If Mr. Dooley Met Mark Zuckerberg…
By Conor Brady
8th November 2021
Traditional news-media’s values have been eroded by a combination of click-chasing and social media’s immunity from liability.
Little is heard nowadays of the fictitious “Mr. Dooley”, arguably one of the most influential figures of 19th and 20th century American news media, or indeed his creator, journalist and satirist, Finley Peter Dunne, born to Irish immigrants in Chicago in 1867.
The irascible Martin Dooley, supposedly a middle-aged, Roscommon-born, bartender on the city’s south side, featured first in the pages of the Chicago Evening Post in 1892. When his reputation grew as a pithy commentator on politics and public affairs, the column came to be syndicated across the country. His acerbic, skeptical declamations went to the heart of American politics and values and were reputedly obligatory reading at President Theodore Roosevelt’s White House cabinet meetings.
Probably Mr. Dooley’s most memorable aphorism was that it is the job of the newspaper “to comfort the afflicted and afflict the comfortable.” But while this aphorism is frequently quoted in arguments about the role of the news media, its context is rarely considered. Mr. Dooley was not complimenting the press. Rather was he castigating it for its self-serving alliances with the political establishment and big business. If Mr. Dooley were still around today, one wonders what he would have to say about the behemoth that is Facebook, with its immense, world-wide influence, its unimaginable wealth and its lack of any real accountability at either national or international level.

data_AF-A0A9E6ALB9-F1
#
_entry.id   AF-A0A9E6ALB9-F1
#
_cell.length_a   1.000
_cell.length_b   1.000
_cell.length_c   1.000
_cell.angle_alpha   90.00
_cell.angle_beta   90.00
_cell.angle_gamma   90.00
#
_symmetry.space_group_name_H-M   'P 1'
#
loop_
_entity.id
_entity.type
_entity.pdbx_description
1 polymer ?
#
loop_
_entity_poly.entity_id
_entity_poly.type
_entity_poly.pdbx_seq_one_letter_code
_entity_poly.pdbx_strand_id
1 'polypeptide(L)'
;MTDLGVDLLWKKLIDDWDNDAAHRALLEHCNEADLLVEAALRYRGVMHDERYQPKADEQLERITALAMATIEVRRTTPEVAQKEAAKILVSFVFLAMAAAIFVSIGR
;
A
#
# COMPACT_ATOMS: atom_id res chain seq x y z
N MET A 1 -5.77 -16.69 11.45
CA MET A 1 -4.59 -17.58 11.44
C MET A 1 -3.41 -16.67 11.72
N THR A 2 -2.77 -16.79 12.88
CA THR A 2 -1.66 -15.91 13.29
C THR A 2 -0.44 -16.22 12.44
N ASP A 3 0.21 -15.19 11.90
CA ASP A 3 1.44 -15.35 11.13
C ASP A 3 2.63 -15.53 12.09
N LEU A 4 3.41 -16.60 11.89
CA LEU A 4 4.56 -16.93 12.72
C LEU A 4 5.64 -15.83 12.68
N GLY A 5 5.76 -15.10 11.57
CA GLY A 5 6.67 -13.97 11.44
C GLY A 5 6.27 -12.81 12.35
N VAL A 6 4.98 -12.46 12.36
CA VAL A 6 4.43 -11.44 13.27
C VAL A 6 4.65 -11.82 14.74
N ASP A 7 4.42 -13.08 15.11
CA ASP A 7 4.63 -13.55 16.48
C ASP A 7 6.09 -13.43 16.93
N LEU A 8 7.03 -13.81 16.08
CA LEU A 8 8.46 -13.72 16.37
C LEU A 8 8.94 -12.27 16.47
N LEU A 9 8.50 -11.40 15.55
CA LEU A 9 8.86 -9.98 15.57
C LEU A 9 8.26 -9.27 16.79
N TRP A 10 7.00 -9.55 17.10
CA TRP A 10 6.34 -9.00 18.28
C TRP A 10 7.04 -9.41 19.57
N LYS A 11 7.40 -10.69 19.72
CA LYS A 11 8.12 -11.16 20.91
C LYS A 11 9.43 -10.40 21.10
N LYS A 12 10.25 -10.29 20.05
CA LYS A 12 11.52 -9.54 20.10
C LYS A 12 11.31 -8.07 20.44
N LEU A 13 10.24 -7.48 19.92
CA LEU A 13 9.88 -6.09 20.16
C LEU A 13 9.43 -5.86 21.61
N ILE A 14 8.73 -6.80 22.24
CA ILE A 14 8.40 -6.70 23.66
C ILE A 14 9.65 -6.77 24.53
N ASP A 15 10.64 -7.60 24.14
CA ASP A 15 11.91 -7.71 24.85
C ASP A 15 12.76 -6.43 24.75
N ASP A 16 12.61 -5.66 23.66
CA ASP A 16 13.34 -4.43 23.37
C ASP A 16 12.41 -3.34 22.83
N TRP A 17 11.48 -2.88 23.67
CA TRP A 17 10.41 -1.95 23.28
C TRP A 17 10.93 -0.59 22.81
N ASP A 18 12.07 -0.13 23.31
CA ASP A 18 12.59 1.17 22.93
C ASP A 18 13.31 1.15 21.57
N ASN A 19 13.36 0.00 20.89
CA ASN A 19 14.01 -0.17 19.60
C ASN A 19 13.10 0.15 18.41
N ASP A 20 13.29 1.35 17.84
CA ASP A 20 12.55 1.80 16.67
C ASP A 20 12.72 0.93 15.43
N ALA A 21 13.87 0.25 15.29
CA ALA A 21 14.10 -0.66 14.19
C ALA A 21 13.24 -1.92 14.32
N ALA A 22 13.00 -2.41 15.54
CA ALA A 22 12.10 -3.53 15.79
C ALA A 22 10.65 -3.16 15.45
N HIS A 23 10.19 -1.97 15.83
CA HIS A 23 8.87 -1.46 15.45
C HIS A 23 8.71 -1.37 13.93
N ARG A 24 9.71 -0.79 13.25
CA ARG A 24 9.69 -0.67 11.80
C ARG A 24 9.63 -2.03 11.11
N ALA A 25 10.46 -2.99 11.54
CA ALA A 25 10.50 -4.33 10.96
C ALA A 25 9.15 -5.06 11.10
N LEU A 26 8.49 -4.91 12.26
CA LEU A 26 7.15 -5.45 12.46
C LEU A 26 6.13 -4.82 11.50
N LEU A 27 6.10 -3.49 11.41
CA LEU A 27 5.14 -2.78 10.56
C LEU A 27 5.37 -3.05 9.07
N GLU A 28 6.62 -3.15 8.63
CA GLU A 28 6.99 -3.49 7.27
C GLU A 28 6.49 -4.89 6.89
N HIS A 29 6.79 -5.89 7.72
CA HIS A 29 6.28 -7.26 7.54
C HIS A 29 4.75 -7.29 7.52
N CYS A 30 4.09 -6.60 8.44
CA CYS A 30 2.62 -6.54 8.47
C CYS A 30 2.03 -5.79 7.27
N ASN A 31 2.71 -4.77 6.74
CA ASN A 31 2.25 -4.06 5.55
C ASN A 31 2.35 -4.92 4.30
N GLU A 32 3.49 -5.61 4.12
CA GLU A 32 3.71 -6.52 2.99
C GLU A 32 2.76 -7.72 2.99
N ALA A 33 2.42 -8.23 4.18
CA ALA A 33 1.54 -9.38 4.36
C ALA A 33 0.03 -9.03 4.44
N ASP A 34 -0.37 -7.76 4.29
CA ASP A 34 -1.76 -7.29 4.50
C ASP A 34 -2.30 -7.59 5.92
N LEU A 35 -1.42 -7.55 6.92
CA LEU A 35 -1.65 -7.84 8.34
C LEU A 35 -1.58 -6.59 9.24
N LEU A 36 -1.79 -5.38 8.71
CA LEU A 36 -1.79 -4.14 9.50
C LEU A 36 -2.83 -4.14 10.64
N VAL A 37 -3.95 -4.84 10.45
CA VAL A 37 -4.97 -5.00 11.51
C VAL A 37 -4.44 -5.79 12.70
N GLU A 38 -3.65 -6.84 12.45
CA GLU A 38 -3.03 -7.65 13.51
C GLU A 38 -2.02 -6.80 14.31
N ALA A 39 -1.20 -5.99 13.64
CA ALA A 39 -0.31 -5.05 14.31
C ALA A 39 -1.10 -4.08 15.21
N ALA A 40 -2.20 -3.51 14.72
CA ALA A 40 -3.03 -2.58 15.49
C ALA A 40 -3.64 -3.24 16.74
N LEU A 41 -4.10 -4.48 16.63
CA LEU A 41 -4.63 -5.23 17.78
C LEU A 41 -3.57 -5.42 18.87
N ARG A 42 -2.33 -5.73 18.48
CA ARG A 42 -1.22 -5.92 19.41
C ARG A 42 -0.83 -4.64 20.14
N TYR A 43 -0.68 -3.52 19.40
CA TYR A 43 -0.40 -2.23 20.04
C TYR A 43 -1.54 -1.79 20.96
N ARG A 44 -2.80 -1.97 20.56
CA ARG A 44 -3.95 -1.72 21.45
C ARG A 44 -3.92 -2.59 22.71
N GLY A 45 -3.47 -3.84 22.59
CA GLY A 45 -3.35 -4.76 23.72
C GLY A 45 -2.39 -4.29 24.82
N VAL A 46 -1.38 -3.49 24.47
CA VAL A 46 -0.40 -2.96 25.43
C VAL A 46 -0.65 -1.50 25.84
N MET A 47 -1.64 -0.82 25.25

The supposedly powerful news media, whose influence exercised Mr. Dooley more than a century ago, were minnows compared to Mark Zuckerberg’s Leviathan and the other tech-monsters that gorge on the revenues which once sustained print and broadcast media around the world. The American press of Mr. Dooley’s time may have been able to influence city hall, the police department and even the legislature. Today’s tech-giants can effectively sabotage democratic processes, fix the course of nations and determine the buying and consuming habits across the greater part of the planet.